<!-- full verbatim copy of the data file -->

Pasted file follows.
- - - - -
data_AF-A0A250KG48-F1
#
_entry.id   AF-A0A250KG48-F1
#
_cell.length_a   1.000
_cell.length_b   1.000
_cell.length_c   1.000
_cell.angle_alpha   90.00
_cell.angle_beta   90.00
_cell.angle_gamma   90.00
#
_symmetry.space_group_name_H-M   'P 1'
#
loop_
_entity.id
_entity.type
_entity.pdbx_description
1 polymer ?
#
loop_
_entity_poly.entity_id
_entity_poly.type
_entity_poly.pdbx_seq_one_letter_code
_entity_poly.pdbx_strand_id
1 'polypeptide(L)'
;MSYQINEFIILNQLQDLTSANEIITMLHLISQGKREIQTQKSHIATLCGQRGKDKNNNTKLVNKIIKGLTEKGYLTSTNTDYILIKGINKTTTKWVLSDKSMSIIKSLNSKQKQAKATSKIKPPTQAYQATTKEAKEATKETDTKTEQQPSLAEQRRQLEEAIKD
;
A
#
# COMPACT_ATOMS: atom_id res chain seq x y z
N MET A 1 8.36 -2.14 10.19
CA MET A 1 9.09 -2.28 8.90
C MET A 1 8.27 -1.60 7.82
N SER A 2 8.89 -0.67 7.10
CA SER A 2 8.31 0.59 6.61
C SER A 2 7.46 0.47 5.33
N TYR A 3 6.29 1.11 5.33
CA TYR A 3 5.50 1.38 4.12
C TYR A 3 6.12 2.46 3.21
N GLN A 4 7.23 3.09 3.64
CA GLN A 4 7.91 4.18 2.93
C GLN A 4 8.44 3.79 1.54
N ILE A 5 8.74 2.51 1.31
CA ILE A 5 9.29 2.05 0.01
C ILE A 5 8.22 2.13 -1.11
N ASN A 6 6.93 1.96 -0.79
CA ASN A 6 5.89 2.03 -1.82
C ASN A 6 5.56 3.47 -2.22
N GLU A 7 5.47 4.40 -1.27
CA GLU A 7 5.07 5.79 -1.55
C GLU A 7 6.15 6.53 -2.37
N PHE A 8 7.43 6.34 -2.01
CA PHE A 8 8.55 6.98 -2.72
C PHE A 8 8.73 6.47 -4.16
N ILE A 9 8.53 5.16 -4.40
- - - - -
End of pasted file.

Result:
data_AF-A0A250KG48-F1
#
_entry.id   AF-A0A250KG48-F1
#
_cell.length_a   1.000
_cell.length_b   1.000
_cell.length_c   1.000
_cell.angle_alpha   90.00
_cell.angle_beta   90.00
_cell.angle_gamma   90.00
#
_symmetry.space_group_name_H-M   'P 1'
#
loop_
_entity.id
_entity.type
_entity.pdbx_description
1 polymer ?
#
loop_
_entity_poly.entity_id
_entity_poly.type
_entity_poly.pdbx_seq_one_letter_code
_entity_poly.pdbx_strand_id
1 'polypeptide(L)'
;MSYQINEFIILNQLQDLTSANEIITMLHLISQGKREIQTQKSHIATLCGQRGKDKNNNTKLVNKIIKGLTEKGYLTSTNTDYILIKGINKTTTKWVLSDKSMSIIKSLNSKQKQAKATSKIKPPTQAYQATTKEAKEATKETDTKTEQQPSLAEQRRQLEEAIKD
;
A
#
# COMPACT_ATOMS: atom_id res chain seq x y z
N MET A 1 8.36 -2.14 10.19
CA MET A 1 9.09 -2.28 8.90
C MET A 1 8.27 -1.60 7.82
N SER A 2 8.89 -0.67 7.10
CA SER A 2 8.31 0.59 6.61
C SER A 2 7.46 0.47 5.33
N TYR A 3 6.29 1.11 5.33
CA TYR A 3 5.50 1.38 4.12
C TYR A 3 6.12 2.46 3.21
N GLN A 4 7.23 3.09 3.64
CA GLN A 4 7.91 4.18 2.93
C GLN A 4 8.44 3.79 1.54
N ILE A 5 8.74 2.51 1.31
CA ILE A 5 9.29 2.05 0.01
C ILE A 5 8.22 2.13 -1.11
N ASN A 6 6.93 1.96 -0.79
CA ASN A 6 5.89 2.03 -1.82
C ASN A 6 5.56 3.47 -2.22
N GLU A 7 5.47 4.40 -1.27
CA GLU A 7 5.07 5.79 -1.55
C GLU A 7 6.15 6.53 -2.37
N PHE A 8 7.43 6.34 -2.01
CA PHE A 8 8.55 6.98 -2.72
C PHE A 8 8.73 6.47 -4.16
N ILE A 9 8.53 5.16 -4.40